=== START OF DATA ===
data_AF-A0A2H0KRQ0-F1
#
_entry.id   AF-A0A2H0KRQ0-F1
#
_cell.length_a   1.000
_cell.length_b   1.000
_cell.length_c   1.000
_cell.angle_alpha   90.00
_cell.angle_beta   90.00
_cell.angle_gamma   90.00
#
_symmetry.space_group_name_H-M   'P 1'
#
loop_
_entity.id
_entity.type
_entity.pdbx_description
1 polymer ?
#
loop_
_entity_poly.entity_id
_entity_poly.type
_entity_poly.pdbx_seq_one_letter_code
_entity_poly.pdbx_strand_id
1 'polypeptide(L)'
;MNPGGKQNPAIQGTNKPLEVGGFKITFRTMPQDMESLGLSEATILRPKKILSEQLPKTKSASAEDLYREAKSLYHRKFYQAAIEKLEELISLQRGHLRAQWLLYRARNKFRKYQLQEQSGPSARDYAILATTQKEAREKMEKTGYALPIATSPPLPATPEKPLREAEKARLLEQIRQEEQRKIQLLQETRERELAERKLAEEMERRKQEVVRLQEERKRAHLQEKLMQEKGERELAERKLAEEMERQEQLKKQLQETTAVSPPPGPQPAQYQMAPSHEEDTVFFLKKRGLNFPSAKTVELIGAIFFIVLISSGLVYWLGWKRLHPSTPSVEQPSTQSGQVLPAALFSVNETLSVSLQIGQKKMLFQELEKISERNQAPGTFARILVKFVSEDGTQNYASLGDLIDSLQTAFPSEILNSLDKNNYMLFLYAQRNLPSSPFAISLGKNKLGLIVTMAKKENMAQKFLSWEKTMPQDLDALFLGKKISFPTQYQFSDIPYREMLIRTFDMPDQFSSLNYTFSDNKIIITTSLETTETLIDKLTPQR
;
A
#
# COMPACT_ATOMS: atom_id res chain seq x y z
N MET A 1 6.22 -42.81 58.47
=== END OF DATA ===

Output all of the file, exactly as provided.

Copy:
data_AF-A0A2H0KRQ0-F1
#
_entry.id   AF-A0A2H0KRQ0-F1
#
_cell.length_a   1.000
_cell.length_b   1.000
_cell.length_c   1.000
_cell.angle_alpha   90.00
_cell.angle_beta   90.00
_cell.angle_gamma   90.00
#
_symmetry.space_group_name_H-M   'P 1'
#
loop_
_entity.id
_entity.type
_entity.pdbx_description
1 polymer ?
#
loop_
_entity_poly.entity_id
_entity_poly.type
_entity_poly.pdbx_seq_one_letter_code
_entity_poly.pdbx_strand_id
1 'polypeptide(L)'
;MNPGGKQNPAIQGTNKPLEVGGFKITFRTMPQDMESLGLSEATILRPKKILSEQLPKTKSASAEDLYREAKSLYHRKFYQAAIEKLEELISLQRGHLRAQWLLYRARNKFRKYQLQEQSGPSARDYAILATTQKEAREKMEKTGYALPIATSPPLPATPEKPLREAEKARLLEQIRQEEQRKIQLLQETRERELAERKLAEEMERRKQEVVRLQEERKRAHLQEKLMQEKGERELAERKLAEEMERQEQLKKQLQETTAVSPPPGPQPAQYQMAPSHEEDTVFFLKKRGLNFPSAKTVELIGAIFFIVLISSGLVYWLGWKRLHPSTPSVEQPSTQSGQVLPAALFSVNETLSVSLQIGQKKMLFQELEKISERNQAPGTFARILVKFVSEDGTQNYASLGDLIDSLQTAFPSEILNSLDKNNYMLFLYAQRNLPSSPFAISLGKNKLGLIVTMAKKENMAQKFLSWEKTMPQDLDALFLGKKISFPTQYQFSDIPYREMLIRTFDMPDQFSSLNYTFSDNKIIITTSLETTETLIDKLTPQR
;
A
#
# COMPACT_ATOMS: atom_id res chain seq x y z
N MET A 1 6.22 -42.81 58.47